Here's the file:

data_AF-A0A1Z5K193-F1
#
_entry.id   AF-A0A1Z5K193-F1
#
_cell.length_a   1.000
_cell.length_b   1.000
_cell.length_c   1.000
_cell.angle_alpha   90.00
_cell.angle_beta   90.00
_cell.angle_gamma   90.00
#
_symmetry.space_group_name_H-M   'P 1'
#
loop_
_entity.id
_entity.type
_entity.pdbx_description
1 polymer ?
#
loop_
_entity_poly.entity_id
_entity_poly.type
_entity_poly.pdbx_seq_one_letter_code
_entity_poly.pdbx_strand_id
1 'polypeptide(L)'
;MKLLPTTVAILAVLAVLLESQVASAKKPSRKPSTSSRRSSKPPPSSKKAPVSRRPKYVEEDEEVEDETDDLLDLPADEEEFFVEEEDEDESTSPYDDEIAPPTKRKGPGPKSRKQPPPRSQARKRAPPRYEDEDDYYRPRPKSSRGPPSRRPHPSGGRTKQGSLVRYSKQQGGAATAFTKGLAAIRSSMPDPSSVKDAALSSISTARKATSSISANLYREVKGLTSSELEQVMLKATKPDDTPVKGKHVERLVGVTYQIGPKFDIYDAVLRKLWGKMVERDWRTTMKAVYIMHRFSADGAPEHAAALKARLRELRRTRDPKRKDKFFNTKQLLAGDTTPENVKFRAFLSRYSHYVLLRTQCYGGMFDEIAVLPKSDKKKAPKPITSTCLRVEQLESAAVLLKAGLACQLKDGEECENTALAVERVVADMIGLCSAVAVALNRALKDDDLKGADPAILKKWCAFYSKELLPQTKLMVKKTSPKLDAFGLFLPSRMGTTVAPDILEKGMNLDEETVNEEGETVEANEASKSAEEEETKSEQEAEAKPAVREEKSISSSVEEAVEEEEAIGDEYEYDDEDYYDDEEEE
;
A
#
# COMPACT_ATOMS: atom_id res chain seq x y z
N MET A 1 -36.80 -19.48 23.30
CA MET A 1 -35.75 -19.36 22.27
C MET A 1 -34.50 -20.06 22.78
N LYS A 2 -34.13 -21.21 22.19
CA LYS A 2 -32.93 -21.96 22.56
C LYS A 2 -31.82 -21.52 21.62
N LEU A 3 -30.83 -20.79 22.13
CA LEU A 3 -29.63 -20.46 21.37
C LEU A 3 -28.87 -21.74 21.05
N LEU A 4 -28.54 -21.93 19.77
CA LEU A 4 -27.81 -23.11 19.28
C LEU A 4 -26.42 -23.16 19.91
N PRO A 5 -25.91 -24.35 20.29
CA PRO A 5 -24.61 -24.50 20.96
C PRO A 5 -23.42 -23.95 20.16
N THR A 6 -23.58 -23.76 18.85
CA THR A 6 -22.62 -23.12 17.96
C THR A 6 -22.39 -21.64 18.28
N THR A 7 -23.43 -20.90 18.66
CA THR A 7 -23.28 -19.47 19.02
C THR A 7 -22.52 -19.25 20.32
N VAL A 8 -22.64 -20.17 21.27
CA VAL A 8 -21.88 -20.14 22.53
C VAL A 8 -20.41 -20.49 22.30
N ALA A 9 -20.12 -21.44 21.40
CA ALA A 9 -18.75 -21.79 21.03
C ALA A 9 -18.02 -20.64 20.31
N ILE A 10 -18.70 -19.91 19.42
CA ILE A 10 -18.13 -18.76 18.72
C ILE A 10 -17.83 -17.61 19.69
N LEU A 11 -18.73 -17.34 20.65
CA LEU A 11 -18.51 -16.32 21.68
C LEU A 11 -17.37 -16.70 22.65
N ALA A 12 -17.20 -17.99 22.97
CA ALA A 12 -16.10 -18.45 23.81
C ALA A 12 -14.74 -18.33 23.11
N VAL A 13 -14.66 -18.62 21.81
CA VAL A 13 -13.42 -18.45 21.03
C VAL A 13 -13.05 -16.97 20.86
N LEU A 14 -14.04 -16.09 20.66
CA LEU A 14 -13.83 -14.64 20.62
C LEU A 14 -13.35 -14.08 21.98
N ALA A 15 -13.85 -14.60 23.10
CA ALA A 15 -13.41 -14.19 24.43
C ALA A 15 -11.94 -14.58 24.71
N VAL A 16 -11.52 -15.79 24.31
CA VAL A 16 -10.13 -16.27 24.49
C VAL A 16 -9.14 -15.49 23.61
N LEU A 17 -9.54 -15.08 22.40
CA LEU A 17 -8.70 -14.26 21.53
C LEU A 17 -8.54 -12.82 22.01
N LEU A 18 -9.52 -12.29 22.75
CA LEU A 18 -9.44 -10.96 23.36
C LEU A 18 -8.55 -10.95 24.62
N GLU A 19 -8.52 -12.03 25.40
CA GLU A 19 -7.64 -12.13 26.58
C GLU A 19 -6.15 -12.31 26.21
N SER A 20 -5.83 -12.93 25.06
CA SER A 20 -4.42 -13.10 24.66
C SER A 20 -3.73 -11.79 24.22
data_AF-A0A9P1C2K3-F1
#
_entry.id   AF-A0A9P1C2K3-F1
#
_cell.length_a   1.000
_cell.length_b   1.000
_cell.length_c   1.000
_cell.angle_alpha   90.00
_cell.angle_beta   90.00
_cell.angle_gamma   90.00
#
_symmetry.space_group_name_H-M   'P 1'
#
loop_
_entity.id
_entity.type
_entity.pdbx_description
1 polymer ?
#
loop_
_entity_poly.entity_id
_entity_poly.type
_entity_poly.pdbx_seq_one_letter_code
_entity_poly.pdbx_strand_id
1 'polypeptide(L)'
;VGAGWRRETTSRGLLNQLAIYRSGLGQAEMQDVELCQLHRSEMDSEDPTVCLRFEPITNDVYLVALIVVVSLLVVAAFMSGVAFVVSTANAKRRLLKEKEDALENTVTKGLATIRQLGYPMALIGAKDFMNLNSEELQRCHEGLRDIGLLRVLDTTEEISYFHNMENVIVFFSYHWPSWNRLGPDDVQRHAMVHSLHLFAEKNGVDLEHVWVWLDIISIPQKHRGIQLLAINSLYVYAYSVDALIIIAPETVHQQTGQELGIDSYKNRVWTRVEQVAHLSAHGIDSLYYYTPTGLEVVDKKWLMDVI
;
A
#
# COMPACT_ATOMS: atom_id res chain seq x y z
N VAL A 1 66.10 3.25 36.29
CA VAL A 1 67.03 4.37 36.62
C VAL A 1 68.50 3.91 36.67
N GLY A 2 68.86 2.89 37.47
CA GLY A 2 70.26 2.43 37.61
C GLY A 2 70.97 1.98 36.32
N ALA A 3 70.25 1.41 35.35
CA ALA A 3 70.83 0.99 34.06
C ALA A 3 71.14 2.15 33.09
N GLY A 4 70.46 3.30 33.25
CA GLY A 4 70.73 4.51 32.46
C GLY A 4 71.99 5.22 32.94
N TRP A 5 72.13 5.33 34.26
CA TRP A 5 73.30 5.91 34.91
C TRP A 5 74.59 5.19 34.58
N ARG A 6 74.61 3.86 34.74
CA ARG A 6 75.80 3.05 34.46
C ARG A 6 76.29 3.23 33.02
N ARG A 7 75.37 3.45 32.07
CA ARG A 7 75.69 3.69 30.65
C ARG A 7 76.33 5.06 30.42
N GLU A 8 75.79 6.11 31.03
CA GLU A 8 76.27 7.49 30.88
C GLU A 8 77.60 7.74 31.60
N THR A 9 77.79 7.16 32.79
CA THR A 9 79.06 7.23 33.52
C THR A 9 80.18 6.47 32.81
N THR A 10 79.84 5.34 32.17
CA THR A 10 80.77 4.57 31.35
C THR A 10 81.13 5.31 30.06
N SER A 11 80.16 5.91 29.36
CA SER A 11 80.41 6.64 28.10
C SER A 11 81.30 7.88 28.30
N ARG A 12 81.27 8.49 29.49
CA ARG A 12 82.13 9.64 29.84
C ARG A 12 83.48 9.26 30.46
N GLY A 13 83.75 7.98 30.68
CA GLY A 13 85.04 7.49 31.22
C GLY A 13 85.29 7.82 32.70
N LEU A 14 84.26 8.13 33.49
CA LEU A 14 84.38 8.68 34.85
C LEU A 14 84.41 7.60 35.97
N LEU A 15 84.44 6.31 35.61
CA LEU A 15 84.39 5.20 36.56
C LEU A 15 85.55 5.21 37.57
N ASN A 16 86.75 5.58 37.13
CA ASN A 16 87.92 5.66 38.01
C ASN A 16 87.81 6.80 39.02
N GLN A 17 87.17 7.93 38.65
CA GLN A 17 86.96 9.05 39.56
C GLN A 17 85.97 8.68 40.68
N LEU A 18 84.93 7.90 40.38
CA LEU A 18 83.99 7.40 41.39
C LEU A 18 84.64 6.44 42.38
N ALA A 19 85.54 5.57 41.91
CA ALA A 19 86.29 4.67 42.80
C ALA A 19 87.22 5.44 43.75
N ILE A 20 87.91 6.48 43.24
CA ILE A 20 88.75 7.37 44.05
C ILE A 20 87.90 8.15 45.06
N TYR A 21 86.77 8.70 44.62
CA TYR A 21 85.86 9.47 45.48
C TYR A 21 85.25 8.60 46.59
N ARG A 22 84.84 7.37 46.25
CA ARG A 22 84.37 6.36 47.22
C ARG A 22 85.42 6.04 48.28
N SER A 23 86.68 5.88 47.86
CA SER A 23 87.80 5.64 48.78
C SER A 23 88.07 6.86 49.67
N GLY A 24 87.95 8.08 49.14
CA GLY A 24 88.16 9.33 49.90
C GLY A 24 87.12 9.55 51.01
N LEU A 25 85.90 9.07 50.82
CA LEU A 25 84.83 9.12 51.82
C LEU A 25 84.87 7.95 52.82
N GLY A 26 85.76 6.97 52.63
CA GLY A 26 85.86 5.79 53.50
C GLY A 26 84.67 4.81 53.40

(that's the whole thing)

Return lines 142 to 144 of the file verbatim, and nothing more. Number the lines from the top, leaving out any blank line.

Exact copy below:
N GLU A 8 75.79 6.11 31.03
CA GLU A 8 76.27 7.49 30.88
C GLU A 8 77.60 7.74 31.60